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Enteric Salmonella Infection Inhibits Paneth Cell Antimicrobial Peptide Expression

By Nita H. Salzman, Margaret M. Chou, Hendrik de Jong, Lide Liu, Edith M. Porter and Yvonne Paterson

Abstract

Paneth cells, highly secretory epithelial cells found at the bases of small intestinal crypts, release a variety of microbicidal molecules, including α-defensins and lysozyme. The secretion of antimicrobials by Paneth cells is thought to be important in mucosal host defense against invasion by enteric pathogens. We explored whether enteric pathogens can interfere with this arm of defense. We found that oral inoculation of mice with wild-type Salmonella enterica serovar Typhimurium decreases the expression of α-defensins (called cryptdins in mice) and lysozyme. Oral inoculation with Salmonella serovar Typhimurium strains that are heat killed, lack the PhoP regulon, and lack the SPI1 type III secretion system or with Listeria monocytogenes does not have this effect. Salmonella may gain a specific survival advantage in the intestinal lumen by decreasing the expression of microbicidal peptides in Paneth cells through direct interactions between Salmonella and the small intestinal epithelium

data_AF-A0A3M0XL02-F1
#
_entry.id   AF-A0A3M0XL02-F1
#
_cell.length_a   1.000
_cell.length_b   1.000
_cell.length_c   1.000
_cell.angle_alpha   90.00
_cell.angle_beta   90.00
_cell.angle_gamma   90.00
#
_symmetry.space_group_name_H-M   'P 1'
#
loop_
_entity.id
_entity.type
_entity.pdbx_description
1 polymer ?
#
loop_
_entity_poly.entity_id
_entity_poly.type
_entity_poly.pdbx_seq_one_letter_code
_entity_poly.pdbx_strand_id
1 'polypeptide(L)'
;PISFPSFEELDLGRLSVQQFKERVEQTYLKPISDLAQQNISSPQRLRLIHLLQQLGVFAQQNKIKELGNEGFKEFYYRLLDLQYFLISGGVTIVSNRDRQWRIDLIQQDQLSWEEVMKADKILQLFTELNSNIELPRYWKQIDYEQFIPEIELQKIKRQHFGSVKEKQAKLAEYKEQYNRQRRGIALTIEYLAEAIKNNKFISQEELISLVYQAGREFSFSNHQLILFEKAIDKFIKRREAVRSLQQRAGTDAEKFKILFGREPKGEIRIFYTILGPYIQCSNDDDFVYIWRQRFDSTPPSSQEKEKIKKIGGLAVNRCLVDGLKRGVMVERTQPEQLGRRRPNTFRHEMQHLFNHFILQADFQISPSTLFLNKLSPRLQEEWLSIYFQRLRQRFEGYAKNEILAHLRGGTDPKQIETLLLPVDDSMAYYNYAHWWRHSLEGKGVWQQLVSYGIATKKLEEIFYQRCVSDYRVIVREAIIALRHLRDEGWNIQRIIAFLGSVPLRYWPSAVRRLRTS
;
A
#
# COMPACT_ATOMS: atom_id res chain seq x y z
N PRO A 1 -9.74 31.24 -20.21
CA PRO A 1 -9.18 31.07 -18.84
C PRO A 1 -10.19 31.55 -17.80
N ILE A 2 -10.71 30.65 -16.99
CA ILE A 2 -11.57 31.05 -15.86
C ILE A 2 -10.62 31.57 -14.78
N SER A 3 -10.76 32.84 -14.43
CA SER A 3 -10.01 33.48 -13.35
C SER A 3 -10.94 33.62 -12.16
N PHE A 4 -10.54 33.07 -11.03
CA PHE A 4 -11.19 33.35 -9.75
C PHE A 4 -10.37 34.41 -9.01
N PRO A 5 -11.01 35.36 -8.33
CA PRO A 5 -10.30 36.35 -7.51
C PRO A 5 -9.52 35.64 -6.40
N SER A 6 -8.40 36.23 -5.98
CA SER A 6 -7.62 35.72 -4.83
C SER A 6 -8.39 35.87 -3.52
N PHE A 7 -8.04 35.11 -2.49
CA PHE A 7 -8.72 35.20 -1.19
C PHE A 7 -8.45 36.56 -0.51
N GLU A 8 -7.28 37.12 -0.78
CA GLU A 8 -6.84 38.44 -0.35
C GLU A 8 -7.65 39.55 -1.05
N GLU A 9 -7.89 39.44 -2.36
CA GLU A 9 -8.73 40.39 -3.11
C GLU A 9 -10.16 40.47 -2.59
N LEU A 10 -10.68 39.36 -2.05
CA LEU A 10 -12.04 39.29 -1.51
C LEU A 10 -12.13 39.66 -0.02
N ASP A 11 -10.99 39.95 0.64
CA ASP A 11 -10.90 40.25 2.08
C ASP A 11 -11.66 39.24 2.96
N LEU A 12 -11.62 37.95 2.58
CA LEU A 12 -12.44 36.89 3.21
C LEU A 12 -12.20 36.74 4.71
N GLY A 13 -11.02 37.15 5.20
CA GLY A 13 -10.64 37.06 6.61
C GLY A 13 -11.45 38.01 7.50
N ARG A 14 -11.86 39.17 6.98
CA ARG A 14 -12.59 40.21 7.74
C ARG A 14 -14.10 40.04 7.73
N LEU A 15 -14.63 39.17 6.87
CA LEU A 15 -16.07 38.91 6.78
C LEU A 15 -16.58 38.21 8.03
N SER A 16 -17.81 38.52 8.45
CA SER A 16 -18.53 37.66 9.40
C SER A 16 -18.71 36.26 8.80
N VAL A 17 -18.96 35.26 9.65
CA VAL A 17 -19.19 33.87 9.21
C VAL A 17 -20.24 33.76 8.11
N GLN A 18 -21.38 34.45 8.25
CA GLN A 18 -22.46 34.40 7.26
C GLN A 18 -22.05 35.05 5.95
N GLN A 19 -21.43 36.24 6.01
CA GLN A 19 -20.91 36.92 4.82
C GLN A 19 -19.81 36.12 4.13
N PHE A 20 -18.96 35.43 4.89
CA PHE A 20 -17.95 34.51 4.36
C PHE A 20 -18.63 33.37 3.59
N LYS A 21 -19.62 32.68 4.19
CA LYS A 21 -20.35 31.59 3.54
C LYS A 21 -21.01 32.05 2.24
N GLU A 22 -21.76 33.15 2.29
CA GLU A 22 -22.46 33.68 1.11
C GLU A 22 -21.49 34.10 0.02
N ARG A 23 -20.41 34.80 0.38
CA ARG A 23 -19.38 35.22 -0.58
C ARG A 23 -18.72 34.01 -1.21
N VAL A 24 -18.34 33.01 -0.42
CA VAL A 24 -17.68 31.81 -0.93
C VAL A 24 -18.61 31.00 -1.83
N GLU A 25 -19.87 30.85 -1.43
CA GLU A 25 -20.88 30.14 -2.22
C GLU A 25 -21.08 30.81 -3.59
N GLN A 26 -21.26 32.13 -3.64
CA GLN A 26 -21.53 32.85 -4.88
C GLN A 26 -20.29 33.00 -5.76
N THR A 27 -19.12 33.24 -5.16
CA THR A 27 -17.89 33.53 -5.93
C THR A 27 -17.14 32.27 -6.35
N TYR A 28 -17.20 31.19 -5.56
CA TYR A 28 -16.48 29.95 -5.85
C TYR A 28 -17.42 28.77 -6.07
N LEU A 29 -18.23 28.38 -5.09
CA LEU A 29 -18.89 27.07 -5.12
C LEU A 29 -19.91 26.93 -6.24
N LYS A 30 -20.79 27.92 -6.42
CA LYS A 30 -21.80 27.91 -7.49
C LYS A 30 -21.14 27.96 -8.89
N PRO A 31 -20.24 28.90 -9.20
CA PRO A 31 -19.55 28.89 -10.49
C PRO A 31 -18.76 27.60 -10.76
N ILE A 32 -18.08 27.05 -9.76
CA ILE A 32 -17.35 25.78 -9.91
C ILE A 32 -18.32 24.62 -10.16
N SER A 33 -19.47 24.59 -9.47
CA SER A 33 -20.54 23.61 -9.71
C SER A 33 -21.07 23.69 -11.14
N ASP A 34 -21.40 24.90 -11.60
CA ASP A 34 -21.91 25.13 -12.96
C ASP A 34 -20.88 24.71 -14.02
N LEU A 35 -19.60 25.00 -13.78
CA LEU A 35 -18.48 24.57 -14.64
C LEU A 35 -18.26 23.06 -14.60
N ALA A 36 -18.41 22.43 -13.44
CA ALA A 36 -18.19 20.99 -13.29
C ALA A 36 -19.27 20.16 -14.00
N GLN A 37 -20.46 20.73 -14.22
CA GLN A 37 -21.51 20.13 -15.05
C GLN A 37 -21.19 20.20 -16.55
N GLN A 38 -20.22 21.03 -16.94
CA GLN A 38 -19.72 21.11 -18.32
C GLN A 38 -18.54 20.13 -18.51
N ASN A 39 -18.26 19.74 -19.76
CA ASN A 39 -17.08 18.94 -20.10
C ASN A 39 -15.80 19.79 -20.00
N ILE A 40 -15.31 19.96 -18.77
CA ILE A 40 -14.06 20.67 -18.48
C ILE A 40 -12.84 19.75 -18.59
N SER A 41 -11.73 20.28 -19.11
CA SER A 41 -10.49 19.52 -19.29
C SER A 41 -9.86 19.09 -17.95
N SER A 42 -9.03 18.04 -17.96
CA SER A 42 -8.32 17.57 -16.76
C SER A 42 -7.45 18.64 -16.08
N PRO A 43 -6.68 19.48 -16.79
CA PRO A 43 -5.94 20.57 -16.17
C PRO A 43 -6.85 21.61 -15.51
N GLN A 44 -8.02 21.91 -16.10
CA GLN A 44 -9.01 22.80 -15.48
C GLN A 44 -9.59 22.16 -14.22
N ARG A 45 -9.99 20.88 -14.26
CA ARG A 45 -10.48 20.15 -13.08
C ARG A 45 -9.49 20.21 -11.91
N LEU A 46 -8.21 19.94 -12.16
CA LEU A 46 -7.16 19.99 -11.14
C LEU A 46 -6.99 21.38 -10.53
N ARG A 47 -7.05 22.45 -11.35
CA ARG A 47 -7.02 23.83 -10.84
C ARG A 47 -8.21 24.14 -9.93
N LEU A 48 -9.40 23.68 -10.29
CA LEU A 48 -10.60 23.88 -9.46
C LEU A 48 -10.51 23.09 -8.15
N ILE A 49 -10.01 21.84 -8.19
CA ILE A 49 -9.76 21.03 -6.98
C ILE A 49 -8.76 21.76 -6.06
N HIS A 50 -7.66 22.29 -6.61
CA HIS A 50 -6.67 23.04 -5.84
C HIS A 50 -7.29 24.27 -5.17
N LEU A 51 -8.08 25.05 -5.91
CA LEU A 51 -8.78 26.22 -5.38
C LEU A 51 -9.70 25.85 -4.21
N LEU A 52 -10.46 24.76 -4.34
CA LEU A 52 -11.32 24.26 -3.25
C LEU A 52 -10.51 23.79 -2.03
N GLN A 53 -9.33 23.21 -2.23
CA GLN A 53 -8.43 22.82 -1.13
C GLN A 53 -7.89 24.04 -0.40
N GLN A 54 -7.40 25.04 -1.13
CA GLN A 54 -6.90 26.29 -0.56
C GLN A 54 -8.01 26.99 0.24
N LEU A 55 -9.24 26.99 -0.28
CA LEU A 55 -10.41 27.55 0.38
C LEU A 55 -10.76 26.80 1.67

Topics: Host Response and Inflammation
Publisher: American Society for Microbiology
Year: 2003
DOI identifier: 10.1128/IAI.71.3.1109-1115.2003
OAI identifier: oai:pubmedcentral.nih.gov:148886
Provided by: PubMed Central
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